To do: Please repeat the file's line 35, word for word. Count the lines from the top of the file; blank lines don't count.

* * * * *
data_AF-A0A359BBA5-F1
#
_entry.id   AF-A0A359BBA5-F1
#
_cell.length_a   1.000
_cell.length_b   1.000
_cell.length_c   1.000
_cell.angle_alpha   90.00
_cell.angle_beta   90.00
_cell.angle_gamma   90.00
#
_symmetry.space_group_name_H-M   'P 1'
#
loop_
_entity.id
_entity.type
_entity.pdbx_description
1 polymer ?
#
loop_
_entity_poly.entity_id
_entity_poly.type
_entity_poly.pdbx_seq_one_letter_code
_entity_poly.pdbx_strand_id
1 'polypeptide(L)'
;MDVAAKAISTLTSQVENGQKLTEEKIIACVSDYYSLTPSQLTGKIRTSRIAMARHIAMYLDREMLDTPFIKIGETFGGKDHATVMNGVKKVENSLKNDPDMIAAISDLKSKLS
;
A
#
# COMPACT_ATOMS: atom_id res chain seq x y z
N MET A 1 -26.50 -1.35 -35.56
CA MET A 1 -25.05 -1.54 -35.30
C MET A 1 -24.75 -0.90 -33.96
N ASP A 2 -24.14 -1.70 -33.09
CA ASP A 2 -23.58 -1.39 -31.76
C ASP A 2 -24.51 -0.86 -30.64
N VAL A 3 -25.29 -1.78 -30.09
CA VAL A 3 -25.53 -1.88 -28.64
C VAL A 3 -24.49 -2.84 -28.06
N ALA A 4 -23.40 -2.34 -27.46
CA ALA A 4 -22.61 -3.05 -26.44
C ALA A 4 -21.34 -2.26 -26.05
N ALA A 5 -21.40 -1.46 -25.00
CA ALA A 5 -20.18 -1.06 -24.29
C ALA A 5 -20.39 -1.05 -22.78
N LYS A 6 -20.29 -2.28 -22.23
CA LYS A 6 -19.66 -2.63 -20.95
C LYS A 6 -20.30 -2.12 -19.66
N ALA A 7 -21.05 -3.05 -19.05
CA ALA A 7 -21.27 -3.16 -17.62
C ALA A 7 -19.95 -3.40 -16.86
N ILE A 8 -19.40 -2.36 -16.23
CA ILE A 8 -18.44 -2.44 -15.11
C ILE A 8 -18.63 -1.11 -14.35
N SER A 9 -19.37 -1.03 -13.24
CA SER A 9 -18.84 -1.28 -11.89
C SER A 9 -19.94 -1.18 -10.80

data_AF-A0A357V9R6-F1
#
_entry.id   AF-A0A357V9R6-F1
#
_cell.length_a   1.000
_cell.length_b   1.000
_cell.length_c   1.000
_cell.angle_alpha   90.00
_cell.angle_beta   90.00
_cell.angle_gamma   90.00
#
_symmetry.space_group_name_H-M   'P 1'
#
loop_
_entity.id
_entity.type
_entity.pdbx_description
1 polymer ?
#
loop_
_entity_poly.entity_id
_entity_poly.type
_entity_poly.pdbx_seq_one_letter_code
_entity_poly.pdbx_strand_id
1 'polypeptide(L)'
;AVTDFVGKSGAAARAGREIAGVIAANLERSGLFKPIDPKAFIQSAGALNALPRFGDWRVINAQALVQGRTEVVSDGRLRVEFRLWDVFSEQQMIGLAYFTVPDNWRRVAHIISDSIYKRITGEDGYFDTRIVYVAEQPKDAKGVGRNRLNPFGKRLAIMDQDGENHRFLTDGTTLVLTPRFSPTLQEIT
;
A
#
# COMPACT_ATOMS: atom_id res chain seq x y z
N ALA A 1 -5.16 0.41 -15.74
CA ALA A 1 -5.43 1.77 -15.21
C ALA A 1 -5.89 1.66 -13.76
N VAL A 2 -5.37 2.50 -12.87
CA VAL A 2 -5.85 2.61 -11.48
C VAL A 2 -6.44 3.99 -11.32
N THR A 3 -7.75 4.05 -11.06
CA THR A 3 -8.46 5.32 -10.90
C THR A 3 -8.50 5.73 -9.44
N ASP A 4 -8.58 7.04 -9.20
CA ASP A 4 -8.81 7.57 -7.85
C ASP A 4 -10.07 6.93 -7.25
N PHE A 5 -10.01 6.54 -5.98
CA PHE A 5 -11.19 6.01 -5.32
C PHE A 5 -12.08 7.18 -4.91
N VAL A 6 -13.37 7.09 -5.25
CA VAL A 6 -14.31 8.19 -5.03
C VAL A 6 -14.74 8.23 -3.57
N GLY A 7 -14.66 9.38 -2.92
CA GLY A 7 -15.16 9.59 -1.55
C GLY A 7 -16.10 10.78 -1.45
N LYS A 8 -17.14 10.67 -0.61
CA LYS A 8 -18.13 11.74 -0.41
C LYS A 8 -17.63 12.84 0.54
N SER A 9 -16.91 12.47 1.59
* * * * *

CA ASP A 2 -23.58 -1.39 -31.76